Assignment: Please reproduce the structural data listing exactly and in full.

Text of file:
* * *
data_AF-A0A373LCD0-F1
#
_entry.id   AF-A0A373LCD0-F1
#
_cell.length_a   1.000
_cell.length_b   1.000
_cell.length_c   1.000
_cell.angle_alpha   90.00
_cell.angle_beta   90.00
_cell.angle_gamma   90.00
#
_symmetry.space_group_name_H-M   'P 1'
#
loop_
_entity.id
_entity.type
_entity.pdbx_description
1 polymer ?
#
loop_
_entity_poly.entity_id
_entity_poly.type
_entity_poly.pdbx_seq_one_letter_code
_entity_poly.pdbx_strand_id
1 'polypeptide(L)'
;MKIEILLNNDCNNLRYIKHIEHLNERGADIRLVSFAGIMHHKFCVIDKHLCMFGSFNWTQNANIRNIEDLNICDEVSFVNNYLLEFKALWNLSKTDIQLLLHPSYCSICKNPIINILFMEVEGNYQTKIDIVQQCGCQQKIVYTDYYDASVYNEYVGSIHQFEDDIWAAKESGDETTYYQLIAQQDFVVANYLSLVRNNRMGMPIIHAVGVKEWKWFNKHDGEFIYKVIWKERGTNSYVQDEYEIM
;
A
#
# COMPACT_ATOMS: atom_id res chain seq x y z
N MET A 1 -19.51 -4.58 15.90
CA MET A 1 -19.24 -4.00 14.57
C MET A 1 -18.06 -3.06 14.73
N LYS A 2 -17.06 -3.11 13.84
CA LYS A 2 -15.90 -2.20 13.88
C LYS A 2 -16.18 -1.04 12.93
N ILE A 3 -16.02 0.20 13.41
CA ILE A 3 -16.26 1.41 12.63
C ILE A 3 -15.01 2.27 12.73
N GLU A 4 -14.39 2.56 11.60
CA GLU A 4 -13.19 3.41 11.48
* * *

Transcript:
data_AF-A0A373LCD0-F1
#
_entry.id   AF-A0A373LCD0-F1
#
_cell.length_a   1.000
_cell.length_b   1.000
_cell.length_c   1.000
_cell.angle_alpha   90.00
_cell.angle_beta   90.00
_cell.angle_gamma   90.00
#
_symmetry.space_group_name_H-M   'P 1'
#
loop_
_entity.id
_entity.type
_entity.pdbx_description
1 polymer ?
#
loop_
_entity_poly.entity_id
_entity_poly.type
_entity_poly.pdbx_seq_one_letter_code
_entity_poly.pdbx_strand_id
1 'polypeptide(L)'
;MKIEILLNNDCNNLRYIKHIEHLNERGADIRLVSFAGIMHHKFCVIDKHLCMFGSFNWTQNANIRNIEDLNICDEVSFVNNYLLEFKALWNLSKTDIQLLLHPSYCSICKNPIINILFMEVEGNYQTKIDIVQQCGCQQKIVYTDYYDASVYNEYVGSIHQFEDDIWAAKESGDETTYYQLIAQQDFVVANYLSLVRNNRMGMPIIHAVGVKEWKWFNKHDGEFIYKVIWKERGTNSYVQDEYEIM
;
A
#
# COMPACT_ATOMS: atom_id res chain seq x y z
N MET A 1 -19.51 -4.58 15.90
CA MET A 1 -19.24 -4.00 14.57
C MET A 1 -18.06 -3.06 14.73
N LYS A 2 -17.06 -3.11 13.84
CA LYS A 2 -15.90 -2.20 13.88
C LYS A 2 -16.18 -1.04 12.93
N ILE A 3 -16.02 0.20 13.41
CA ILE A 3 -16.26 1.41 12.63
C ILE A 3 -15.01 2.27 12.73
N GLU A 4 -14.39 2.56 11.60
CA GLU A 4 -13.19 3.41 11.48